Abstract: The standard Tobit model is constructed under the assumption of a normal distribution and has been widely applied in econometrics. Atypical/extreme data have a harmful effect on the maximum likelihood estimates of the standard Tobit model parameters. Then, we need to count with diagnostic tools to evaluate the effect of extreme data. If they are detected, we must have available a Tobit model that is robust to this type of data. The family of elliptically contoured distributions has the Laplace, logistic, normal and Studentt cases as some of its members. This family has been largely used for providing generalizations of models based on the normal distribution, with excellent practical results. In particular, because the Studentt distribution has an additional parameter, we can adjust the kurtosis of the data, providing robust estimates against extreme data. We propose a methodology based on a generalization of the standard Tobit model with errors following elliptical distributions. Diagnostics in the Tobit model with elliptical errors are developed. We derive residuals and global/local influence methods considering several perturbation schemes. This is important because different diagnostic methods can detect different atypical data. We implement the proposed methodology in an R package. We illustrate the methodology with realworld econometrical data by using the R package, which shows its potential applications. The Tobit model based on the Studentt distribution with a small quantity of degrees of freedom displays an excellent performance reducing the influence of extreme cases in the maximum likelihood estimates in the application presented. It provides new empirical evidence on the capabilities of the Studentt distribution for accommodation of atypical data.



Basu, S., Yawar, A., Concha, A., & Bandi, M. M. (2017). On angled bounceoff impact of a drop impinging on a flowing soap film. Fluid Dyn. Res., 49(6), 19 pp.
Abstract: Small drops impinging obliquely on thin flowing soap films frequently demonstrate the rare emergence of bulk elastic effects working intandem with the more commonplace hydrodynamic interactions. Three collision regimes are observable: (a) drop piercing through the film, (b) it coalescing with the flow, and (c) it bouncing off the film surface. During impact, the drop deforms along with a bulk elastic deformation of the film. For impacts that are closetotangential, the bounceoff regime predominates. We outline a reduced order analytical framework assuming a deformable drop and a deformable threedimensional film, and the idealization invokes a phasebased parametric study. Angular inclination of the film and the ratio of post and preimpact drop sizes entail the phase parameters. We also perform experiments with vertically descending droplets (constituted from deionized water) impacting against an inclined soap film, flowing under constant pressure head. Modelpredicted phase domain for bounceoff compares well to our experimental findings. Additionally, the experiments exhibit momentum transfer to the film in the form of shed vortex dipoles, along with propagation of free surface waves. On consulting prior published work, we note that for locomotion of waterwalking insects using an impulsive action, the momentum distribution to the shed vortices and waves are both significant, taking up respectively 2/3 and 1/3 of the imparted streamwise momentum. Considering the visually similar impulse actions, this theory, despite its assumption of a quiescent liquid bath of infinite depth, is applied to the drop bounceoff experiments, and the resultant shed vortex dipole momenta are compared to the momenta of the coherent vortex structures computed from particle imaging velocimetry data. The magnitudes reveal identical order (10(7) N s), suggesting that notwithstanding the disparities, the bounceoff regime may be tapped as a toy analog for impulsebased interfacial biolocomotion.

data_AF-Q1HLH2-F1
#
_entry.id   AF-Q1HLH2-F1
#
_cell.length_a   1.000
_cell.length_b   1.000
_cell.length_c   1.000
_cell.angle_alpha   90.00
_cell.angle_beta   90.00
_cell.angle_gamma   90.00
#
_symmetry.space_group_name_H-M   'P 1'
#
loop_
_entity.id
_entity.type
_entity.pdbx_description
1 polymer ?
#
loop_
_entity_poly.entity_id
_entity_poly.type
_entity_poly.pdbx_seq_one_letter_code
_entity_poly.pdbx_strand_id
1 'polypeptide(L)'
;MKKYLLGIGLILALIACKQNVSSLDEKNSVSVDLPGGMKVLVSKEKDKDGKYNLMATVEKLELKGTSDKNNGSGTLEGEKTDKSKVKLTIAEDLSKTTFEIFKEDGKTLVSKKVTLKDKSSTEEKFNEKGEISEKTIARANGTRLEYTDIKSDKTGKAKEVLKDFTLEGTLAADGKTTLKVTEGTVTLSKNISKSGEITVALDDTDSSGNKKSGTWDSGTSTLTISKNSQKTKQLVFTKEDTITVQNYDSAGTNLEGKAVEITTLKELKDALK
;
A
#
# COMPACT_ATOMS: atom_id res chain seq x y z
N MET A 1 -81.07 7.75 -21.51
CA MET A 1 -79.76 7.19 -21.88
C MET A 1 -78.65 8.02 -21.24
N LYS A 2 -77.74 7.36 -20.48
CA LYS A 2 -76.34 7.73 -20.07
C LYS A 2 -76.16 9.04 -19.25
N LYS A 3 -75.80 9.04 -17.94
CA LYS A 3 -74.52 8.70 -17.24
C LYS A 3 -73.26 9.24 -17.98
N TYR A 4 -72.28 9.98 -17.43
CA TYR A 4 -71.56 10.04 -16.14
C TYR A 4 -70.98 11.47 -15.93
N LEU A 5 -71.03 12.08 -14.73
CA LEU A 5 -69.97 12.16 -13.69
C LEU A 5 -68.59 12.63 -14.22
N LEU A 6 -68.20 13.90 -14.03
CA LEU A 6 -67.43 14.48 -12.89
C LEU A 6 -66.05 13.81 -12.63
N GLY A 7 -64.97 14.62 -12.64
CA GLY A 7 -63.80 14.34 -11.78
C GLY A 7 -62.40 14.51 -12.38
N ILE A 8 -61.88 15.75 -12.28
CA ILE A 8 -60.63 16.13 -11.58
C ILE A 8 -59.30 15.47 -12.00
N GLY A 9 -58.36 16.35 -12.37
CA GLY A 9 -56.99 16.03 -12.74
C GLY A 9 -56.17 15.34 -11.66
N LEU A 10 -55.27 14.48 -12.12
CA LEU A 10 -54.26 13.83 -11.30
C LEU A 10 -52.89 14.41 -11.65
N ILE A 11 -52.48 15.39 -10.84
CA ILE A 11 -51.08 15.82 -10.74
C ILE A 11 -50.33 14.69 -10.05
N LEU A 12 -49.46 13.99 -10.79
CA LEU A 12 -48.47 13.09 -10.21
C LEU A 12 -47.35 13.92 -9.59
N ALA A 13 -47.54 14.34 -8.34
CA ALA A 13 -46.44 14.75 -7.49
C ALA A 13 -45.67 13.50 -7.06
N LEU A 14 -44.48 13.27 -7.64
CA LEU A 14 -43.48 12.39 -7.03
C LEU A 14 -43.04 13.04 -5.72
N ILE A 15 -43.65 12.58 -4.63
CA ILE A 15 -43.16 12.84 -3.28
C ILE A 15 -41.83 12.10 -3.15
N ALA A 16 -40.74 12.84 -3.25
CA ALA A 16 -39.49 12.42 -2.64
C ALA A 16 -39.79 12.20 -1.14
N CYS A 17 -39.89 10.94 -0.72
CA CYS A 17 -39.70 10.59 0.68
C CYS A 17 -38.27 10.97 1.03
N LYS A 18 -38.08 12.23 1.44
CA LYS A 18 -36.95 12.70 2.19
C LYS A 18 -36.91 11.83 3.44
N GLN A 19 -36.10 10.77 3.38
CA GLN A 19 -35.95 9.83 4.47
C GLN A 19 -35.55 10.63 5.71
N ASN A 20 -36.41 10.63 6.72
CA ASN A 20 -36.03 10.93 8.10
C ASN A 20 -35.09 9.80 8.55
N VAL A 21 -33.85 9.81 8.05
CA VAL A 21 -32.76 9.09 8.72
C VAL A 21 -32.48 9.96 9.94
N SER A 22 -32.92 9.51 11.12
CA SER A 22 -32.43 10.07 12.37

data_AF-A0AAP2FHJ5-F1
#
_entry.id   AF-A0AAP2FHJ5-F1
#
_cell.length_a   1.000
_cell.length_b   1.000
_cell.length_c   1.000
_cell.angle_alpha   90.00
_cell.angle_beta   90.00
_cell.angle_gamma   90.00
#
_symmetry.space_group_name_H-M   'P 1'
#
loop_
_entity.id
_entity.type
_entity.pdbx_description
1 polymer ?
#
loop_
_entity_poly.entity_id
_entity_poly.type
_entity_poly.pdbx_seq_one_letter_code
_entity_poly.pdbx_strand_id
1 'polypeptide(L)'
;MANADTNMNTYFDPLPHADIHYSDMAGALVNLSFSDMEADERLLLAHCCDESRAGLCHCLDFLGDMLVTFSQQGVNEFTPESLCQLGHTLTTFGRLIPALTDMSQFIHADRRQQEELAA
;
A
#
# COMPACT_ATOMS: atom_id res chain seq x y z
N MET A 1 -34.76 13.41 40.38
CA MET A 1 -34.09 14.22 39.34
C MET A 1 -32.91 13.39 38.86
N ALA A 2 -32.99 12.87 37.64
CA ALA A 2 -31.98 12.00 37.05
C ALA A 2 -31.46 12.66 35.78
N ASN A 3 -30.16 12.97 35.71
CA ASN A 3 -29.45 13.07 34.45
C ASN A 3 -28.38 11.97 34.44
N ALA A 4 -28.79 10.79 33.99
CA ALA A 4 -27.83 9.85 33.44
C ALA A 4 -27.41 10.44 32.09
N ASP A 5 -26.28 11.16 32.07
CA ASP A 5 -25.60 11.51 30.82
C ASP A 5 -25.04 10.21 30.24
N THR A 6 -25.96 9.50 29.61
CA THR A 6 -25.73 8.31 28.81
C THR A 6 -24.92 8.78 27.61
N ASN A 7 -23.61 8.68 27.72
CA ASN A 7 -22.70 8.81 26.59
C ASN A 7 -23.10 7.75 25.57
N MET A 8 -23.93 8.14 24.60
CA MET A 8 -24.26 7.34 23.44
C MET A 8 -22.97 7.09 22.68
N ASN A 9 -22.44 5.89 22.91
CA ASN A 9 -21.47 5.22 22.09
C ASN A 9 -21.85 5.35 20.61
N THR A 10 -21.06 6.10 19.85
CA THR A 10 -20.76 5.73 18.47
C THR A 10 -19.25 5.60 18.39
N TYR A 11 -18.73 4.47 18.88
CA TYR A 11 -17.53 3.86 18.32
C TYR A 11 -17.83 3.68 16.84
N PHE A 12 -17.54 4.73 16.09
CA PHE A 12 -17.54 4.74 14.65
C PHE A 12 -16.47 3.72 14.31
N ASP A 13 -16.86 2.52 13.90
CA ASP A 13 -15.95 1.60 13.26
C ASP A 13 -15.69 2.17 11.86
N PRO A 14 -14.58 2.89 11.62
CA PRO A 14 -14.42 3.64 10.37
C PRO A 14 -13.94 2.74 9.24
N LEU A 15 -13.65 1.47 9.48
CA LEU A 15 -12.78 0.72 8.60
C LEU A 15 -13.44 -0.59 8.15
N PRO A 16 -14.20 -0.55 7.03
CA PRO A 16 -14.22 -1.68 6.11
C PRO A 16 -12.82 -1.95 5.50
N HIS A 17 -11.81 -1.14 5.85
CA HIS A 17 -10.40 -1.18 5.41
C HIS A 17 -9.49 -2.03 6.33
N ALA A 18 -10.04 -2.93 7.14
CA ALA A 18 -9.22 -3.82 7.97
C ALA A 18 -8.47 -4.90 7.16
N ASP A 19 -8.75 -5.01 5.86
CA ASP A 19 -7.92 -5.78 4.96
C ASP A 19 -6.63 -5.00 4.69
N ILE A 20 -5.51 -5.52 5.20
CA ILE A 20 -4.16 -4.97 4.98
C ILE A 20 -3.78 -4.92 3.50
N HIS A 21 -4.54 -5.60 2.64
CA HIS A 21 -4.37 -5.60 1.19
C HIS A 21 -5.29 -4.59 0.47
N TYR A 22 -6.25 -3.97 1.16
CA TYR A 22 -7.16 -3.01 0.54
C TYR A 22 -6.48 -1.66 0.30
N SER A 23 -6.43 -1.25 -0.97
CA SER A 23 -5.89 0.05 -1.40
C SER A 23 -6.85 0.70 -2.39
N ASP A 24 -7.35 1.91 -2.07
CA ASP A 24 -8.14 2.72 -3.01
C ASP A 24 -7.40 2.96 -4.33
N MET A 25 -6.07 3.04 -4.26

Belmonte, M., Hsieh, C. F., Campos, J. L., Guerrero, L., Mendez, R., MosqueraCorral, A., et al. (2017). Effect of Free Ammonia, Free Nitrous Acid, and Alkalinity on the Partial Nitrification of Pretreated Pig Slurry, Using an Alternating Oxic/Anoxic SBR. Biomed Res. Int., , 7 pp.